By Peter J. Smith

ALBANY, New York, August 25, 2009 ( – Just as it seemed that his political fortunes could not sink any lower, New York Gov. David Paterson received another blow from a state appellate court rebuking him for his unconstitutional attempt to appoint a lieutenant governor during the New York Senate's recent political breakdown.

Up until a sudden June 8 leadership coup, the Democratic governor had expected the New York legislature to approve his bill to legalize same-sex “marriage.” The sudden political upheaval, however, doomed all chances of the bill's passage.

Paterson ordered the Senate into special session in June to prevent lawmakers from going on vacation before resolving control of a Senate bitterly divided 31 – 31 between Democrats and the Republican caucus. But as July wore on, Patterson, anxious to put an end to gridlock and resurrect the bill to legalize same-sex “marriage,” made the attempt to appoint his friend Richard Ravitch as the lieutenant governor and tie-breaking vote in the Senate.

Last week, the Appellate Division of New York's Supreme Court released a nine-page decision rebuking Paterson and affirming Supreme Court Judge William R. LaMarca's order to block the “unconstitutional” maneuver. The four-justice panel unanimously ruled that Paterson “simply does not have the authority to appoint a lieutenant governor.”

“The Governor's purported appointment of Mr. Ravitch was unlawful because no provision of the Constitution or of any statute provides for the filling of a vacancy in the office of lieutenant-governor other than by election, and only the temporary president of the Senate is authorized to perform the duties of that office during the period of the vacancy,” declared the high court.

The Appellate Court decision did allow Paterson to argue his case before the state's high court, the Court of Appeals. Paterson has made that appeal and an expedited hearing before the high court is scheduled for September 11.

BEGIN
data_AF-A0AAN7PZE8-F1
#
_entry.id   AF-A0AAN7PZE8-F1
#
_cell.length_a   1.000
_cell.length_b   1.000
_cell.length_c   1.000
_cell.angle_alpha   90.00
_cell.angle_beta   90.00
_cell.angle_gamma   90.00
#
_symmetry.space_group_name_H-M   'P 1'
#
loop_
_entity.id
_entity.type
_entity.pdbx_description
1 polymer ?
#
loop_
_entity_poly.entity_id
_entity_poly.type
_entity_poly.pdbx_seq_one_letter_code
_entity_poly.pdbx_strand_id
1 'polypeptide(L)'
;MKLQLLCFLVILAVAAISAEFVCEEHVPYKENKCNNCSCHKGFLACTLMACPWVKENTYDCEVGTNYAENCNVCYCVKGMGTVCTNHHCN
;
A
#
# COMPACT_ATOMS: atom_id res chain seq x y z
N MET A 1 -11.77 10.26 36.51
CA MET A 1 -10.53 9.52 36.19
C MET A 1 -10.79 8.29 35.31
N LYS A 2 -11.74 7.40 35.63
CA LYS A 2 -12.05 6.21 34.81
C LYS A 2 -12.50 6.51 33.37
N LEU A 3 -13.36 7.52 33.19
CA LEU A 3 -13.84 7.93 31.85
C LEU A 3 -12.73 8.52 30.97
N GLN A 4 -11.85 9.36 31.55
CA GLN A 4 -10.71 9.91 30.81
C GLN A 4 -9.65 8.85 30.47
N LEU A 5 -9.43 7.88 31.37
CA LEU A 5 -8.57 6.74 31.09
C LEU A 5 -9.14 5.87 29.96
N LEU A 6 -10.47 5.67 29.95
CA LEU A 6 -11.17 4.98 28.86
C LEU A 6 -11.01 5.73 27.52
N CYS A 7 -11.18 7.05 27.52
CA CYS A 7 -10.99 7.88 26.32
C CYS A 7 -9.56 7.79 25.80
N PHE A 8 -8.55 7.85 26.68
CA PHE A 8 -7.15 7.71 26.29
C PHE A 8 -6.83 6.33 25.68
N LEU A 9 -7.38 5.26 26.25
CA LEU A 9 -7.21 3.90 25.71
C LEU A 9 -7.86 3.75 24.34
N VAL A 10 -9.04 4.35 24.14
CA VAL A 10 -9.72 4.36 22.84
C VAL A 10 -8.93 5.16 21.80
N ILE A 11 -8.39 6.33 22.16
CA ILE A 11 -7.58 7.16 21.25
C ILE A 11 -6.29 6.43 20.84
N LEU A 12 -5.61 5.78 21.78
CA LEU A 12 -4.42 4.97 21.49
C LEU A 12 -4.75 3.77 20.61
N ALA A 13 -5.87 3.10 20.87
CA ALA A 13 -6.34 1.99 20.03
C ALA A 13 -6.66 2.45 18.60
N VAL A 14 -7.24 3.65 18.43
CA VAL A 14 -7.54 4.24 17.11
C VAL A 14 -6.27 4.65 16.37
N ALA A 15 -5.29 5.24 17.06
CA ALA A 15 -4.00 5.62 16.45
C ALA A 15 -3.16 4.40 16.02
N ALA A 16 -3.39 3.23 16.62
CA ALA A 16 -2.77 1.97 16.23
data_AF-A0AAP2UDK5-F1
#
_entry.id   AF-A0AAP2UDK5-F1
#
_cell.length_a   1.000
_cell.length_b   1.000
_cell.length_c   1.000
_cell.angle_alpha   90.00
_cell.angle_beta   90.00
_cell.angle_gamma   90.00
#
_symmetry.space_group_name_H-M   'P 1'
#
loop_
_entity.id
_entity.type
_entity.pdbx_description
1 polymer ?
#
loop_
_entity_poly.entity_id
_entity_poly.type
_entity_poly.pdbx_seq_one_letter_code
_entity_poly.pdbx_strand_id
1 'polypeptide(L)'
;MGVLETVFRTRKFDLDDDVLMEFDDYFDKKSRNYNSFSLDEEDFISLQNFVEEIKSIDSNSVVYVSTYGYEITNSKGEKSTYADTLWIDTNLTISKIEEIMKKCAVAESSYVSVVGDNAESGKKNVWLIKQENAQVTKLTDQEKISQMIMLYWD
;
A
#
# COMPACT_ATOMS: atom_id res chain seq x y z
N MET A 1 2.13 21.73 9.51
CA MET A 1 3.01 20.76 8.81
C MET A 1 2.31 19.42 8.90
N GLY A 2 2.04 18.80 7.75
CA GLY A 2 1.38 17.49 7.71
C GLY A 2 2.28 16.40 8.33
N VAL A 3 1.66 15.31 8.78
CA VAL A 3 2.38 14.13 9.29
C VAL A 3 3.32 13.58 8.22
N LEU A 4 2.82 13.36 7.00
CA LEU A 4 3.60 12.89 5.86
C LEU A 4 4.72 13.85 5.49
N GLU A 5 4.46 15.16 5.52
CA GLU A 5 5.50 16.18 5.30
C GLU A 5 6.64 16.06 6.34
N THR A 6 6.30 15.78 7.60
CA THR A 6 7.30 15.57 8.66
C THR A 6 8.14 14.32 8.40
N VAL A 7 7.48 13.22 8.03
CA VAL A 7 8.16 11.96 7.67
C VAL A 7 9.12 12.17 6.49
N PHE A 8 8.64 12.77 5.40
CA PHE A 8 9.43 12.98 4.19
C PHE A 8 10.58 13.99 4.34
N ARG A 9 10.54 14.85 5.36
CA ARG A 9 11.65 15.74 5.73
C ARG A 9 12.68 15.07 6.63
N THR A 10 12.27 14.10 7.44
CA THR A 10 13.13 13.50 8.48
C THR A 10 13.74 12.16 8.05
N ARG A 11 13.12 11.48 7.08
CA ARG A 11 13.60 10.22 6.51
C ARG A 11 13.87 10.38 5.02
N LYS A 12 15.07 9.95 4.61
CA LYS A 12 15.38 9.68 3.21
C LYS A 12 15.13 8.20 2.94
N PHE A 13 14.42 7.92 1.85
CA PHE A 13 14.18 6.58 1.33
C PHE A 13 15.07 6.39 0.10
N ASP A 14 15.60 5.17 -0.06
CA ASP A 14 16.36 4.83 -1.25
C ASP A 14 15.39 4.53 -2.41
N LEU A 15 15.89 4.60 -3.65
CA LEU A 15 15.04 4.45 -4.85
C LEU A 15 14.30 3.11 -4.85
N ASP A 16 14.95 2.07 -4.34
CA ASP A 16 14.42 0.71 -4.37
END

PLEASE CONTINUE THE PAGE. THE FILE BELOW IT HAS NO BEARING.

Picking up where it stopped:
The governor has hemorrhaged massive political support from New York State voters and his handling of the Senate crisis further embittered members of his own Democratic Party against him. Paterson's insistence on including the same-sex “marriage” bill he introduced in April as priority legislation for the special session threatened to throw control of the Senate completely into Republican hands, as Sen. Ruben Diaz Sr. (D-Bronx) vowed he was not above caucusing with Republicans and giving them the majority if it meant saving traditional marriage.

Paterson was elevated to the governorship from his post as lieutenant governor in March 2008 after his predecessor Eliot Spitzer stepped down after becoming embroiled in an FBI investigation into a prostitution ring. Paterson continued Spitzer's work of pushing New York to give marriage-like status to homosexual unions by ordering state agencies to recognize out-of-state homosexual “marriages” as true marriages, and then submitting a bill earlier in April to legalize same-sex “marriage.”

According to a Siena poll released yesterday, in a hypothetical 2010 scenario Paterson takes a drubbing from New York Attorney General Andrew Cuomo, losing 23-65 percent. According to the poll former New York City Mayor Rudy Giuliani also is expected to beat Paterson 56-33 percent.

New York voters as a whole however are disgusted with their leaders and over half of voters say that New York politicians have less integrity and a lower work ethic than state politicians of 40 or 50 years ago. Fifty-four percent of voters polled by Siena say they are “completely frustrated with our government and wish we could throw them all out and elect new leaders.”

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